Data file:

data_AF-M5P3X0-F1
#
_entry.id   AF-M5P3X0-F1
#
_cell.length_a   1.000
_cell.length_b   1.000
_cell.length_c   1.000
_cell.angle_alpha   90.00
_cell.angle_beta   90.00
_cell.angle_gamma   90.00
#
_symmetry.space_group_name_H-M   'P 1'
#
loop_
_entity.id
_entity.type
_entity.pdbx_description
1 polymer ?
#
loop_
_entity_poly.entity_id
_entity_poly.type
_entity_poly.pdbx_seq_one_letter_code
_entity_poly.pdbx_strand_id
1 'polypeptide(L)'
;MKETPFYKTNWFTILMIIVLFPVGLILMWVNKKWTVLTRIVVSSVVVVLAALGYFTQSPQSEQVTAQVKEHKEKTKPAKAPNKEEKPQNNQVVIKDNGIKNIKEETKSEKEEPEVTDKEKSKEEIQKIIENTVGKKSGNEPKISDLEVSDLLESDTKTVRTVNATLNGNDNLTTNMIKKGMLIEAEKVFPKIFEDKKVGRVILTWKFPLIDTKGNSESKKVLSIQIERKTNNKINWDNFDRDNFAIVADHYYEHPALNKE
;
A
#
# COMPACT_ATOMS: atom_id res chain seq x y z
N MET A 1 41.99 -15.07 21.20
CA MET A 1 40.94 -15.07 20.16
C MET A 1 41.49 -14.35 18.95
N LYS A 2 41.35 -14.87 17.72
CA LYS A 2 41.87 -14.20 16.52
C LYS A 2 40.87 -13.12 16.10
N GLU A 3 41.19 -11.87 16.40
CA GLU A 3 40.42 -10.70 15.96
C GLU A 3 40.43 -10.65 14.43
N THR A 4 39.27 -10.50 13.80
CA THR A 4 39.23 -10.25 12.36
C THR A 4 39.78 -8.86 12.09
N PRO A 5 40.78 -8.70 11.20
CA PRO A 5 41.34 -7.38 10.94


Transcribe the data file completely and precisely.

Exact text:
data_AF-M5P3X0-F1
#
_entry.id   AF-M5P3X0-F1
#
_cell.length_a   1.000
_cell.length_b   1.000
_cell.length_c   1.000
_cell.angle_alpha   90.00
_cell.angle_beta   90.00
_cell.angle_gamma   90.00
#
_symmetry.space_group_name_H-M   'P 1'
#
loop_
_entity.id
_entity.type
_entity.pdbx_description
1 polymer ?
#
loop_
_entity_poly.entity_id
_entity_poly.type
_entity_poly.pdbx_seq_one_letter_code
_entity_poly.pdbx_strand_id
1 'polypeptide(L)'
;MKETPFYKTNWFTILMIIVLFPVGLILMWVNKKWTVLTRIVVSSVVVVLAALGYFTQSPQSEQVTAQVKEHKEKTKPAKAPNKEEKPQNNQVVIKDNGIKNIKEETKSEKEEPEVTDKEKSKEEIQKIIENTVGKKSGNEPKISDLEVSDLLESDTKTVRTVNATLNGNDNLTTNMIKKGMLIEAEKVFPKIFEDKKVGRVILTWKFPLIDTKGNSESKKVLSIQIERKTNNKINWDNFDRDNFAIVADHYYEHPALNKE
;
A
#
# COMPACT_ATOMS: atom_id res chain seq x y z
N MET A 1 41.99 -15.07 21.20
CA MET A 1 40.94 -15.07 20.16
C MET A 1 41.49 -14.35 18.95
N LYS A 2 41.35 -14.87 17.72
CA LYS A 2 41.87 -14.20 16.52
C LYS A 2 40.87 -13.12 16.10
N GLU A 3 41.19 -11.87 16.40
CA GLU A 3 40.42 -10.70 15.96
C GLU A 3 40.43 -10.65 14.43
N THR A 4 39.27 -10.50 13.80
CA THR A 4 39.23 -10.25 12.36
C THR A 4 39.78 -8.86 12.09
N PRO A 5 40.78 -8.70 11.20
CA PRO A 5 41.34 -7.38 10.94